Voice of the Heart

Odeya Nini
Vougheauxyice (Voice)

Following the extreme vocal utterings of Stine Janvin Motland (see this post), we have the extraordinary Odeya Nini with her album Vougheauxyice (Voice). It’s mightily impressive. I’ve rarely heard such a physical approach to using the voice as an instrument, and she throws herself into each performance like a boxer (she would prefer to be called a dancer), making her entire body at one with the sound she produces until she can “feel… the touch of its waves on my skin and in my bones.” Right away we’ve got some tangible bond between body language / movement with the way that the voice shapes its sounds. Mystical performance art happening here.

On ‘Mi See Ti’, for example, we learn that she performs this as a dramatic, theatrical work, where facial expressions play a big part, and she has to collapse her whole body to the floor to summon the forces necessary to make it happen. ‘Dalai’ is a more complex study, based on travels in Mongolia and her observations about the movement and sound of the wind in that land-locked country. The recorded performance here is like a powerful (and scary) recreation of a very personal epiphany of some sort. ‘Idioma’ is more extreme still, comes over as completely loopy and not unlike the radical avant-garde vocal music that made Cathy Berberian’s name; Nini takes inspiration from broken phonemes and syllables, and from bird calls, to create her own species of crazy whoops, “calls, yells, gentle flutters, overtones,” where the discipline required for the special types of breathing she must execute are something that most of us can only dream of.

On ‘Tunnel’ and ‘Everyday Cantor’, the singer connects with her “yemenite roots”, basing the former on a Jewish folk song and striving to reconcile her modernist, experimental composer self with the deeply spiritual identities of her ancestors. The mixed emotions in ‘Tunnel’ are astonishing, but despite the melancholy tone of her plaint Nini’s voice never falters for one second. The natural echo on the recording adds much to the plangency of the song.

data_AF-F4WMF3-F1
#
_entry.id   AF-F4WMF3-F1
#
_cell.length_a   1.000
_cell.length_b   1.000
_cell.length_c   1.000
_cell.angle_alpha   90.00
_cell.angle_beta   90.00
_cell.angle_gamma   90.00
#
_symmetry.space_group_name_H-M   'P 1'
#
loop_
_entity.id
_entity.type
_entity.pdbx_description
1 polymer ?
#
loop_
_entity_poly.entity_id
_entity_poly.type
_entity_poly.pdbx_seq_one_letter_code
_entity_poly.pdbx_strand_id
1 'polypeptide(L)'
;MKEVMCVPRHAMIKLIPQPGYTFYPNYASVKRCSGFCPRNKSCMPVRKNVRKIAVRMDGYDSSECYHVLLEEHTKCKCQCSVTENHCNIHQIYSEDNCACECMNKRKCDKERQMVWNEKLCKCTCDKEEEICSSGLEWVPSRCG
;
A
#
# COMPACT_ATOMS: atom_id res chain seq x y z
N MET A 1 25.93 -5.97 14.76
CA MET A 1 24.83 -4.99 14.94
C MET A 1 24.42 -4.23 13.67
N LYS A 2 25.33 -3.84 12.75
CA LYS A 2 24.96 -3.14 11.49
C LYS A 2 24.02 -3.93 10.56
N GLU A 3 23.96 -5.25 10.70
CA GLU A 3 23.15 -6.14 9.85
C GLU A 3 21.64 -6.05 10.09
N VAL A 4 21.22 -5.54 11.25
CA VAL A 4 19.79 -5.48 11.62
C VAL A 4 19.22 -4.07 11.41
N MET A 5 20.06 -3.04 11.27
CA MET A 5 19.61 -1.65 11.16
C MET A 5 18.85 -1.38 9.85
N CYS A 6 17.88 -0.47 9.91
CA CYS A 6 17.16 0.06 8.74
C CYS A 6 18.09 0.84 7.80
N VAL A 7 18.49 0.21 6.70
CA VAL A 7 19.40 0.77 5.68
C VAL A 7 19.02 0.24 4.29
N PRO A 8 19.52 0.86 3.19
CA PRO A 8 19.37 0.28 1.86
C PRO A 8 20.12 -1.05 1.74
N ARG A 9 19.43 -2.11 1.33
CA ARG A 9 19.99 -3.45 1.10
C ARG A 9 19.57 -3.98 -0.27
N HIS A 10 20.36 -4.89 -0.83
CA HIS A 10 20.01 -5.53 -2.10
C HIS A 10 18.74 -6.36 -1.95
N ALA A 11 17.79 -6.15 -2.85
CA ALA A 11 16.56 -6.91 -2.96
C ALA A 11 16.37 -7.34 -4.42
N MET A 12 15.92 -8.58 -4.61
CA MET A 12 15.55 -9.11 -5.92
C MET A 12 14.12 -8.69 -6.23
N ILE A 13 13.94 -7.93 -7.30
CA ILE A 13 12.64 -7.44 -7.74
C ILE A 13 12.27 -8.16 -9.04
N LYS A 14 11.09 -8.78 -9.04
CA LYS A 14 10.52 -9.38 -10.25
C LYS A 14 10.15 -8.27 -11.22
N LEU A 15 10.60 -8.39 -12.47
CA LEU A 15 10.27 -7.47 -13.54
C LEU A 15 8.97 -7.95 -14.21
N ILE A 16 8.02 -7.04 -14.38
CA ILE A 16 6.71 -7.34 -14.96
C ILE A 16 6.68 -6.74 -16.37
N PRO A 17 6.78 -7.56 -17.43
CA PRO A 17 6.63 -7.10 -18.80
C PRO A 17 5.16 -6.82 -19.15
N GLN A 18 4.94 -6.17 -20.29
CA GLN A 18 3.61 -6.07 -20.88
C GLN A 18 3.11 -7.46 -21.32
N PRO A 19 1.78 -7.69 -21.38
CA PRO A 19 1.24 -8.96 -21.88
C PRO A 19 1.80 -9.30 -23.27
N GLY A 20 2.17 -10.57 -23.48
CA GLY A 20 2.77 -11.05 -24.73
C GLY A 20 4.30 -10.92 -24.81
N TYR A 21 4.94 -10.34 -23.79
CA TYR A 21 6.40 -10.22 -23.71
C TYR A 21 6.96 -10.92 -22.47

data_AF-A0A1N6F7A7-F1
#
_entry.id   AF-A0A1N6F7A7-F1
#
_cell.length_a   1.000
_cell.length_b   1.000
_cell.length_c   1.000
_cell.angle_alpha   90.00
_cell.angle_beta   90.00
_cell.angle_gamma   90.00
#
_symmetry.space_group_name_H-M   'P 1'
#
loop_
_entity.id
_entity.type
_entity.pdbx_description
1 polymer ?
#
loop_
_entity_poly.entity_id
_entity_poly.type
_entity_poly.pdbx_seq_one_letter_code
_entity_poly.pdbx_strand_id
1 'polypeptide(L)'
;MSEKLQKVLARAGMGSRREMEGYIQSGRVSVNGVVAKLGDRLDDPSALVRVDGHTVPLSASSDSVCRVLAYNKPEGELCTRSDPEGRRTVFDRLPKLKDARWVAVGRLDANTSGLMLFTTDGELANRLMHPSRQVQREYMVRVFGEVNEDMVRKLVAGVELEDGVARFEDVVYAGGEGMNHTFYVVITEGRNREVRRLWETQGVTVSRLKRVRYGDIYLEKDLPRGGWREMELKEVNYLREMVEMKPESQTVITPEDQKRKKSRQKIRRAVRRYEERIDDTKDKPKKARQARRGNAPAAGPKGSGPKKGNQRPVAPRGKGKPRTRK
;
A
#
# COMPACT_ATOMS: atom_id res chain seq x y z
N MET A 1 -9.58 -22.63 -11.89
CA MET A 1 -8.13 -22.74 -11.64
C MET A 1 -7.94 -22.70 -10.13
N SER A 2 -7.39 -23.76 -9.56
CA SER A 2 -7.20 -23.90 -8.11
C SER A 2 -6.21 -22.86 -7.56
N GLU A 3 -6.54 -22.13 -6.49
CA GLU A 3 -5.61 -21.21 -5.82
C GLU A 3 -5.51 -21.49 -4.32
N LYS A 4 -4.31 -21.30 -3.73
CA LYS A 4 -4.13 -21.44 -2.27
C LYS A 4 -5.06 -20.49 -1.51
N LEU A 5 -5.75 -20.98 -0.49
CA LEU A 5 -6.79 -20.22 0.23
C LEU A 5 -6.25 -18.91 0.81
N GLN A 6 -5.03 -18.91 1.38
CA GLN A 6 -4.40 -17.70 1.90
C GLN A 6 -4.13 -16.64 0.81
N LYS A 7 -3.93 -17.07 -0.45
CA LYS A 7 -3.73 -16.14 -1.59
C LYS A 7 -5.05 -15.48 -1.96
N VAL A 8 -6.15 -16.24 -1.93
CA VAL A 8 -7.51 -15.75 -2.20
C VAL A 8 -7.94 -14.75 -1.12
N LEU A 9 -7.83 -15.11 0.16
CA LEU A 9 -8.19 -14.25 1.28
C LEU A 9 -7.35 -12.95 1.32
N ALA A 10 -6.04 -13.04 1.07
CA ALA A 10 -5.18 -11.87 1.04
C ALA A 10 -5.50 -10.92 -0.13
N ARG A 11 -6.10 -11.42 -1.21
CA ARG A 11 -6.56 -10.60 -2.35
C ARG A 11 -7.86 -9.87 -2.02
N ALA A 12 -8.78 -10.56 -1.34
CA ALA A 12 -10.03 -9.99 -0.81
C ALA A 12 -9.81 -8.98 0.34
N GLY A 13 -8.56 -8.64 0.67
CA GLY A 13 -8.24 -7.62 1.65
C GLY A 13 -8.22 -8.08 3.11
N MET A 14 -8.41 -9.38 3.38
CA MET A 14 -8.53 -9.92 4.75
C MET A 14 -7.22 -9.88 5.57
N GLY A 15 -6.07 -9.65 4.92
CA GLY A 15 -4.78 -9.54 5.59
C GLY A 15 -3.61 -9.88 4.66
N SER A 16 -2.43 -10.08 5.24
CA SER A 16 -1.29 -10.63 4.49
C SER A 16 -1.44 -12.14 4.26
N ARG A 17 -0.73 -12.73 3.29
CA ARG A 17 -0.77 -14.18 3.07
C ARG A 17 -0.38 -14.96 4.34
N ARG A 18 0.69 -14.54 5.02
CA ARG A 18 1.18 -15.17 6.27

After this point the album takes a slightly more conventional route down a well-travelled “experimental music” path. ‘Tapestry of Synonyms’ is a collage of recordings collected on her travels over many years; it’s a restless and rather pointless jumble of information, and doesn’t feel like it’s been properly edited or composed. ‘There Are So Many Things That I Have To Tell You’ is slightly more successful, providing you’re prepared to listen to ten minutes of her personal innermost thoughts, tripping out of her mouth in a free associative manner like a less stilted Laurie Anderson. She does this by improvising in front of a microphone using a loop pedal effect to layer words, sentences, and fragments of song; the Secret Diary of Odeya Nini, as it were. A very good and unusual record. Arrived 15 May 2015.